Yesterday, the ECB announced that it reached a decision, during its June Monetary Policy Committee meeting, to end net asset purchases under its Asset Purchasing Programme as of 1 July 2022. The Bank also intends to raise the key ECB interest rates by 25 basis points in July.
The anticipated interest rate hike will be the first increase in borrowing costs for the eurozone in over a decade, as inflation across the region continues to cause concern. The ECB is also expected to raise borrowing rates in September should the inflation outlook deteriorate even further, with that rate hike likely to exceed the increase in July.
The EU’s Governing Council has committed to applying policy measures that it believes will see EU inflation stabilise to the 2% mark over the medium term. The consistent rise in energy and food prices saw May’s inflation rise by more than expected, yet again, while price pressure continues to broaden across all segments, with significant increases in the prices of most goods and services.
Eurosystem (the collective entity consisting of the ECB plus each EU member nation’s national central bank) staff projections forecast annual inflation at 6.8% in 2022, before it is projected to decline to 3.5% in 2023 and 2.1% in 2024. These numbers have been revised upwards from projections made in March. Inflation excluding energy and food is projected to average 3.3% in 2022, 2.8% in 2023 and 2.3% in 2024, also revised upwards from March projections. Meanwhile, the growth outlook was revised lower, to 2.8% for 2022 and 2.1% in 2023. The economy is, however, expected to expand faster in 2024. The key refinancing operations rate currently stands at 0%, the marginal lending facility rate is at 0.25%, with the deposit lending rate at -0.5%.
DATA IN A NUTSHELL
US initial jobless claims increased by 27,000 to 229,000 in the week ended 4 June, its highest level since mid-January and above market forecasts of 210,000. Claims, however, remain below the 200,000 to 250,000 range, which is viewed as consistent with healthy labour market conditions.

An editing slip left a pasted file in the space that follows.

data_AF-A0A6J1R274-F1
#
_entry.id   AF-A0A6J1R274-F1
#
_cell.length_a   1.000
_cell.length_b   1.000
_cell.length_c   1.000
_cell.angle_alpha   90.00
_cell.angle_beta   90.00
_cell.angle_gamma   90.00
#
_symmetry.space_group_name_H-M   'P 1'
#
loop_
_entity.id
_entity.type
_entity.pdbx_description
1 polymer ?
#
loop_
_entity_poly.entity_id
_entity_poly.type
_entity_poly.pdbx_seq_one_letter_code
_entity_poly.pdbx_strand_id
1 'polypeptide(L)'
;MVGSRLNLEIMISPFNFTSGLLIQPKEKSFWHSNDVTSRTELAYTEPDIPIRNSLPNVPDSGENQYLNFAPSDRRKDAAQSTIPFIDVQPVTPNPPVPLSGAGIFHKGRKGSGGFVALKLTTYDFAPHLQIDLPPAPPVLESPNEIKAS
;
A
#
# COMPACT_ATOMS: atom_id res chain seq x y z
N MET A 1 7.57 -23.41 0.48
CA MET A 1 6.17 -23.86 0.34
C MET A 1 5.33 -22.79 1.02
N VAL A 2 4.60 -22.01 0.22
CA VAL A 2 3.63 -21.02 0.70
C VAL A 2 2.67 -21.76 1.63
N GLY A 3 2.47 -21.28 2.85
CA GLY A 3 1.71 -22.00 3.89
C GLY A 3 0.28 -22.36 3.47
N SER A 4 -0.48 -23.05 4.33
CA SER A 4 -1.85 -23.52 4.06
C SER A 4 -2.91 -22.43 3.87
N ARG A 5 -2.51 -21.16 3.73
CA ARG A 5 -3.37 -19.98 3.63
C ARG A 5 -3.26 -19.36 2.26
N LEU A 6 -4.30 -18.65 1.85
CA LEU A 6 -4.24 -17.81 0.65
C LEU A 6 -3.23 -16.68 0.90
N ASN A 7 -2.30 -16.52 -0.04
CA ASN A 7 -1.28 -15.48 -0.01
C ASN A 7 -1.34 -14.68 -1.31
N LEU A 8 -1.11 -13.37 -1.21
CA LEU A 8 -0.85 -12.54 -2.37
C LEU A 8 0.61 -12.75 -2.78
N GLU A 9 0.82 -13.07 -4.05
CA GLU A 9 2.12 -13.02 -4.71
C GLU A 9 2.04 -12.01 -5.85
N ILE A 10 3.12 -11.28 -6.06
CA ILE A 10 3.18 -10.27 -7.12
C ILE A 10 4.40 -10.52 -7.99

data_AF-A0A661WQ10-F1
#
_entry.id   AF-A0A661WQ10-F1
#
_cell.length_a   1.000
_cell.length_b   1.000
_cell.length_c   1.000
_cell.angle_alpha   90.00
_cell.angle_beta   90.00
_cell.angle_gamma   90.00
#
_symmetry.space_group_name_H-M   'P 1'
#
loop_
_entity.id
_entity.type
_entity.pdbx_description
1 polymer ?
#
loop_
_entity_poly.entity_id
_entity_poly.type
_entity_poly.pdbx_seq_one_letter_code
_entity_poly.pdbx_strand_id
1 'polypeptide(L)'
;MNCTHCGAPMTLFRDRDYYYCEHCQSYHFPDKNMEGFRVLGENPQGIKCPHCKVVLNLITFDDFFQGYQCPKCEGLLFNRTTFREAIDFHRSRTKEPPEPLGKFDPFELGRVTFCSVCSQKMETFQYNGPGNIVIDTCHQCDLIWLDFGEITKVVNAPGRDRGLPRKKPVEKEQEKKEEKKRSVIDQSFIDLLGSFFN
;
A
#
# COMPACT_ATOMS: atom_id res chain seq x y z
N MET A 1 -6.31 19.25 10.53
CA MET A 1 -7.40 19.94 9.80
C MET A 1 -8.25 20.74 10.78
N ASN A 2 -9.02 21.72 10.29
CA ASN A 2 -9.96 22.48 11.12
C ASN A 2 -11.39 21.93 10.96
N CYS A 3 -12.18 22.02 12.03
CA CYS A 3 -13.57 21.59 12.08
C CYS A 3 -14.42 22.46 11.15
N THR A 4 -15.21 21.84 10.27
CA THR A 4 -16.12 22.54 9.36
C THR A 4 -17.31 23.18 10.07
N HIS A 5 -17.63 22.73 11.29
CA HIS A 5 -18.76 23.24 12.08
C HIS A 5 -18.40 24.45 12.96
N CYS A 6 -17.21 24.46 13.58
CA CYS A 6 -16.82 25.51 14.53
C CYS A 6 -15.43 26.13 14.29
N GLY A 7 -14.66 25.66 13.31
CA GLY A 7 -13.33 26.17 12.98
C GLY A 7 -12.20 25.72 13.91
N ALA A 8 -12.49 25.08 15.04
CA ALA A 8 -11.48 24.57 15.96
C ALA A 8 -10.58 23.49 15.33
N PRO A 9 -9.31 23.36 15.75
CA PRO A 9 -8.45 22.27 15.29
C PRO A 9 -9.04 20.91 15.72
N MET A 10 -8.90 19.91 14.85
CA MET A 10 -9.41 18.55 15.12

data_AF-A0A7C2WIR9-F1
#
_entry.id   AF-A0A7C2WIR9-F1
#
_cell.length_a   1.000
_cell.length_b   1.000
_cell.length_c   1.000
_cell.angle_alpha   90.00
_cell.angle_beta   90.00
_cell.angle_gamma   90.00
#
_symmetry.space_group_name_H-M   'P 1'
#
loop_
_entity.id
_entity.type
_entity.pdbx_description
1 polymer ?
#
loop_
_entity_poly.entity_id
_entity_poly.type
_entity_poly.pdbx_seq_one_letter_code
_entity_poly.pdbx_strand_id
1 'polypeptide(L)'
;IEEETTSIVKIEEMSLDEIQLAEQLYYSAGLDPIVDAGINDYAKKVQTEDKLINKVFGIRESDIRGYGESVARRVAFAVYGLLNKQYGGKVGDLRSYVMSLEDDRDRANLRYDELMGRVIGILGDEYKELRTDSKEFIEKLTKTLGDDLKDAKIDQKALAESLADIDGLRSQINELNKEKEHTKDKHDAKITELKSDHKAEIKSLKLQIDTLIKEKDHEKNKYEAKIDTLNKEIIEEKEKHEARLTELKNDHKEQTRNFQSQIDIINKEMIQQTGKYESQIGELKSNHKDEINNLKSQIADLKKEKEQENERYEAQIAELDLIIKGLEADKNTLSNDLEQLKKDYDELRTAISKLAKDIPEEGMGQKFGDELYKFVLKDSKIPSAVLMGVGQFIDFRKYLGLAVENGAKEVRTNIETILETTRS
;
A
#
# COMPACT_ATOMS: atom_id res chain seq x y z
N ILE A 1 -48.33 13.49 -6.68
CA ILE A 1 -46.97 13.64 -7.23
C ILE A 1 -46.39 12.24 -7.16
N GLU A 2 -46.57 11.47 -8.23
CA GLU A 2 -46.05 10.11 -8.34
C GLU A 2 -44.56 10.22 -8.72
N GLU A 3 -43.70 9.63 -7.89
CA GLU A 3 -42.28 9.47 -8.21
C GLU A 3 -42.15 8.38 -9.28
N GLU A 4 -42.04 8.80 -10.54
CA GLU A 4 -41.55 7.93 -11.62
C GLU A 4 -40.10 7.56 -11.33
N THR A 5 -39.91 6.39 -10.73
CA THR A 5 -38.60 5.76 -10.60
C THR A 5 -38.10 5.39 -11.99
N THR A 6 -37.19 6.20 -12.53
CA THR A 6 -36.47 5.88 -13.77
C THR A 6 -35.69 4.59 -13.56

The number of employed persons in the euro area rose by 0.6 % quarter-on-quarter to 162.9 million in the first three months of 2022, accelerating from 0.4% growth in the previous period and above market expectations of 0.5%.
The S&P Global/CIPS UK Composite PMI (purchasing managers index) was revised higher to 53.1 in May, from a preliminary 51.8. The reading reflected substantial monthly declines for both manufacturing and service sectors. UK private sector firms recorded a slowdown in growth of business activity and new orders, as cost pressures dented consumer demand.
Imports to China rose by 4.1% year-on-year in May, beating market expectations of a 2% rise. The latest figure also marked the first expansion in inbound shipments in three months, as domestic demand recovered, following an easing of COVID-19 curbs in major cities, including Shanghai and Beijing. Exports jumped 16.9% year-on-year in May, also beating market expectations. The latest figure also marked the steepest increase in outbound shipments since January, as factory production resumed, and logistics issues eased.
On Tuesday, the World Bank slashed its global growth forecast to 2.9% for 2022 and warned that the global economy could slip into a period of stagflation reminiscent of the 1970s. World Bank President, David Malpass, said that if this happens, many countries would find it extremely difficult to avoid an economic recession.
INVESTORS ON EDGE
All three major US stock indices opened lower on Thursday, as investors continue to assess the outlook for inflation and economic growth ahead of Friday’s highly anticipated May US Consumer Price Report. An above-expected inflation reading could reinforce expectations that the US Federal Reserve (Fed) will continue to aggressively hike rates in the second half of this year, even with signs of economic slowdown and a tight job market, while any signs of a potential peak in inflation could trigger a relief rally. On the corporate side, discount retailer, Five Below, dropped roughly 3% after missing Wall Street’s estimates. Tech and electric car giant, Tesla, also came into the spotlight, rising almost 3% after global financial services firm, UBS, upgraded the stock to buy.